November 2001

Former pupil dismayed as teacher convicted on sex charges walks free

A man who had been sexually assaulted by his teacher expressed his disappointment as the accused walked free from court yesterday.

David Lowry (69) of Rose Lawn Close, Castleknock, Dublin pleaded guilty to six sexual assault charges against six boys, five of them former pupils, under the Offences Against the Person Act at a Dublin District Court.

He was given a six-month prison sentence by Judge David Anderson. But the sentence was suspended for three years provided he did not get involved in similar incidents again.

Speaking after the case, one of the victims, who is now middle-aged, said he was disappointed at the sentence, but he was glad the public would know who this man was and what he had been capable of doing.

“I was worried that he could carry on and lead a normal life like nothing had happened. He was able to stand up by the altar in his local church and give out Holy Communion that’s not right.”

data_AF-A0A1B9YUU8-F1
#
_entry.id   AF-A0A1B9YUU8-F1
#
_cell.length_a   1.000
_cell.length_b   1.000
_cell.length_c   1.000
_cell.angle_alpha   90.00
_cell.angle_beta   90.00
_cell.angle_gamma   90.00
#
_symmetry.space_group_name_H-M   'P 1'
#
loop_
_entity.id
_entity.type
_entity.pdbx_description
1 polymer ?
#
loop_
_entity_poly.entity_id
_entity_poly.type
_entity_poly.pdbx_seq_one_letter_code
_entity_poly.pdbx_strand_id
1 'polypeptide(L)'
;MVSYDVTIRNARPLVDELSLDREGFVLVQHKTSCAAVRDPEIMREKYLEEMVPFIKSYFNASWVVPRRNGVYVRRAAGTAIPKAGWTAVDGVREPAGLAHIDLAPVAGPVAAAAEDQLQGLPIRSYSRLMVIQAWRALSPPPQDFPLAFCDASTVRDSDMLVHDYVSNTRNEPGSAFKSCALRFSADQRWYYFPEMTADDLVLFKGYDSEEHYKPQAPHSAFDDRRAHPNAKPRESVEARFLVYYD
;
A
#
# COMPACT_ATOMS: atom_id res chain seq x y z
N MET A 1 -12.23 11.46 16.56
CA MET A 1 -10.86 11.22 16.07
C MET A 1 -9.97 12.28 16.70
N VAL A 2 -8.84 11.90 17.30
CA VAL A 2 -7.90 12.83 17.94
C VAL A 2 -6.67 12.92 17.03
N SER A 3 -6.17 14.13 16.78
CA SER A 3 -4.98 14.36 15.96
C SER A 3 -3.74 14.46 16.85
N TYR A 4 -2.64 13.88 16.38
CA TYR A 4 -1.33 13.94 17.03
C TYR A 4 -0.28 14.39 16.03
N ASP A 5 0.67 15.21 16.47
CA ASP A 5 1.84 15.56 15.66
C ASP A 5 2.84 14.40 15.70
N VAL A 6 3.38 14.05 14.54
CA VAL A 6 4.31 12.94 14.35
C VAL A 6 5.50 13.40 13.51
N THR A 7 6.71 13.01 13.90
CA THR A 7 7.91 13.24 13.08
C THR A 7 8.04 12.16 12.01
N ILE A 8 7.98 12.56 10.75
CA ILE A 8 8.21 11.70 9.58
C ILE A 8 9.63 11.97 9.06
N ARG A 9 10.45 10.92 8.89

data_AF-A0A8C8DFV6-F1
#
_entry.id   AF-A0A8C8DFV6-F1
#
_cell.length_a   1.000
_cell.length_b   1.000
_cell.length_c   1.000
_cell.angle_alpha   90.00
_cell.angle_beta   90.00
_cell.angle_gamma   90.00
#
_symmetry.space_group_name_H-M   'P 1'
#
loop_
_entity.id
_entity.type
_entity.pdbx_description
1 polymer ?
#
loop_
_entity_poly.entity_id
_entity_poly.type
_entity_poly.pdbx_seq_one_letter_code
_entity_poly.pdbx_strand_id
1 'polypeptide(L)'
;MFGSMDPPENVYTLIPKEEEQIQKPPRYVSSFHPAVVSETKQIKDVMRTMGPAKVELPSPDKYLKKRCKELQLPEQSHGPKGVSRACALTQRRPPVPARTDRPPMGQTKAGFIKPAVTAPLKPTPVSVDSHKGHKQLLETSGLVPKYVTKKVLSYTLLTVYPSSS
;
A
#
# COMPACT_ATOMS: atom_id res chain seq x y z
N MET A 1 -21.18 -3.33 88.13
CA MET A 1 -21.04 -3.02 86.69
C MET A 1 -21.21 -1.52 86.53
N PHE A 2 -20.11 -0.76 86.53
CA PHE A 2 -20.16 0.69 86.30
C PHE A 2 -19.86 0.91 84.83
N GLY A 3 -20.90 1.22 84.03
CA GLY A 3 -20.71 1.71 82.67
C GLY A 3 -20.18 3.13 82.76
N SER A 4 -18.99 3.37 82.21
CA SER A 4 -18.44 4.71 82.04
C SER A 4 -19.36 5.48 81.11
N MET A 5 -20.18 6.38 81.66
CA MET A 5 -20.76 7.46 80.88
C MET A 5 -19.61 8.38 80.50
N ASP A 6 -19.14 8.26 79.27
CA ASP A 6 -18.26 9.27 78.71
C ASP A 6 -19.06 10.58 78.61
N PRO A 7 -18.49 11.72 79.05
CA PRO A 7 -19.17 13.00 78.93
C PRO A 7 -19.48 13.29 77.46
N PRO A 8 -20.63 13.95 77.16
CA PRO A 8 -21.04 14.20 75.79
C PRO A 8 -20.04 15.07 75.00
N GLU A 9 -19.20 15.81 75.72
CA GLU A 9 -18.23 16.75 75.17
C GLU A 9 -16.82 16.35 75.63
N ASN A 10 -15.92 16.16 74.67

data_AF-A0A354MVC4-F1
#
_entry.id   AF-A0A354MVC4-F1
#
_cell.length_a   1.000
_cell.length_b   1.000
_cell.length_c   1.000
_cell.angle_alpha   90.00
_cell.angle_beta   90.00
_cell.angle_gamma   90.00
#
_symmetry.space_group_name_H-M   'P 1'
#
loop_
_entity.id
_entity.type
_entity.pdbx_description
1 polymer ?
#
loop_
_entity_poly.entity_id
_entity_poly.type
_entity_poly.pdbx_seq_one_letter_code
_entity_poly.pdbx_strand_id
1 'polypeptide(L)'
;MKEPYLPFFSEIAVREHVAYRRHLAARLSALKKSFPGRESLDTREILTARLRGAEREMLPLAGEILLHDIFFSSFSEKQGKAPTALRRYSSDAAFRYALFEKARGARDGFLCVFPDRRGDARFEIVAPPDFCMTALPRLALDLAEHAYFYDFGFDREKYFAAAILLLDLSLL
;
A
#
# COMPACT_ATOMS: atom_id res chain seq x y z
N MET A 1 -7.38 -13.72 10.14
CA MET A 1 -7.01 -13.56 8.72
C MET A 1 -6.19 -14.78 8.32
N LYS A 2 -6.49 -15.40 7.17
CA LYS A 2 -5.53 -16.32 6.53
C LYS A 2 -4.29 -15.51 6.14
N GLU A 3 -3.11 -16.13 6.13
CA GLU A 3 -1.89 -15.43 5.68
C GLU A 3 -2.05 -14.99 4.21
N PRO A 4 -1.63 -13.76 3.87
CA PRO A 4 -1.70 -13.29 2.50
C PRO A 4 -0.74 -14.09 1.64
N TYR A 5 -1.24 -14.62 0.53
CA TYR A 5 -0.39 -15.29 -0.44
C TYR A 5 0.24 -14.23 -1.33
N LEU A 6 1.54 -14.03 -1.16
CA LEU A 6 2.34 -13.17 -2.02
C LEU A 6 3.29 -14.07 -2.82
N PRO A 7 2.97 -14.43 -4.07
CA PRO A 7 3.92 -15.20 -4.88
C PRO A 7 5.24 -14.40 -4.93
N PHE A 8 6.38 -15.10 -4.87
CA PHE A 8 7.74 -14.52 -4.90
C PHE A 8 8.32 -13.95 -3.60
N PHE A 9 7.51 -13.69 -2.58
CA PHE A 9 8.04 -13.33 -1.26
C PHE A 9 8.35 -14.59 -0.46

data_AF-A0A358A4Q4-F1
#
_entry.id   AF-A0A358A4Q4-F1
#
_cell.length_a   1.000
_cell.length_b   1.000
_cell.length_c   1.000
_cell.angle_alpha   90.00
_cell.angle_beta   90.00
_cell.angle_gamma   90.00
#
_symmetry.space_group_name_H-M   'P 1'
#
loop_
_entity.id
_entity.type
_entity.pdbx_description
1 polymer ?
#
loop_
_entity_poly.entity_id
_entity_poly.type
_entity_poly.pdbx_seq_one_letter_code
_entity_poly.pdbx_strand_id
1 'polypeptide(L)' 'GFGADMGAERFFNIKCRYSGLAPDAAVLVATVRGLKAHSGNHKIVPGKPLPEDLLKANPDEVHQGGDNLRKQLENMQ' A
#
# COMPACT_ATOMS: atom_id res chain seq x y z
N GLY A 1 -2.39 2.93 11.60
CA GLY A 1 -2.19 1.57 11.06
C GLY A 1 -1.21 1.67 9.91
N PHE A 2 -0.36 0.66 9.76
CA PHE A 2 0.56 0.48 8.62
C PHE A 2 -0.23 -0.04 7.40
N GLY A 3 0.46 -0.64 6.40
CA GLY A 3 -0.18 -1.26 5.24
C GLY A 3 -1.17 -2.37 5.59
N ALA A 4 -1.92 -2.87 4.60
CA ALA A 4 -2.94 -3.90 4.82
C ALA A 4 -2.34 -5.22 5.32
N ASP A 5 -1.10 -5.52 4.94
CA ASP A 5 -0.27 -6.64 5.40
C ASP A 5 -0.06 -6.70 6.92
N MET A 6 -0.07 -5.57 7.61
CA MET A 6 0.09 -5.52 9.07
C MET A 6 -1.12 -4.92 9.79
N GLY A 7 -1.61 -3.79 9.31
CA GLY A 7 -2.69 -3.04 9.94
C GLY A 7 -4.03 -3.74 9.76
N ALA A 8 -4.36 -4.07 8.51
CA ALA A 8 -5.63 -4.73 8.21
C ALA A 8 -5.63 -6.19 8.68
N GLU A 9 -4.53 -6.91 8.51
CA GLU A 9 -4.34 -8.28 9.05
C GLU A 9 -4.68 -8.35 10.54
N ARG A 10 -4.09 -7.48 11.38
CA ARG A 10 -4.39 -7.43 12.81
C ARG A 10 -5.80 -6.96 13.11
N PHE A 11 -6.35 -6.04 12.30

The accused had originally faced two separate sexual assault charges which related to his time teaching at a north Dublin school between 1957 and 1959 and at a midlands school between 1967 and 1970.

However, the court heard that four further sexual assault complaints had been made against Mr Lowry as a result of the press coverage the case had received.

Three of these complaints were made by former pupils who attended the north Dublin school. The accused was eventually charged with sexual assault against six people.

The court heard that since the case began in October 1999, the 69-year-old had been receiving ongoing treatment at the Granada Institute, which he had attended up to three times a week.

Investigating officer Sgt Mary Diskin of Dun Laoghaire Garda Station told the judge she was satisfied there would be no further complaints against Mr Lowry.

Judge Anderson indicated he would take into consideration that Mr Lowry had done everything that the previous judge had asked of him, and that the report supplied by the Granada Institute was excellent.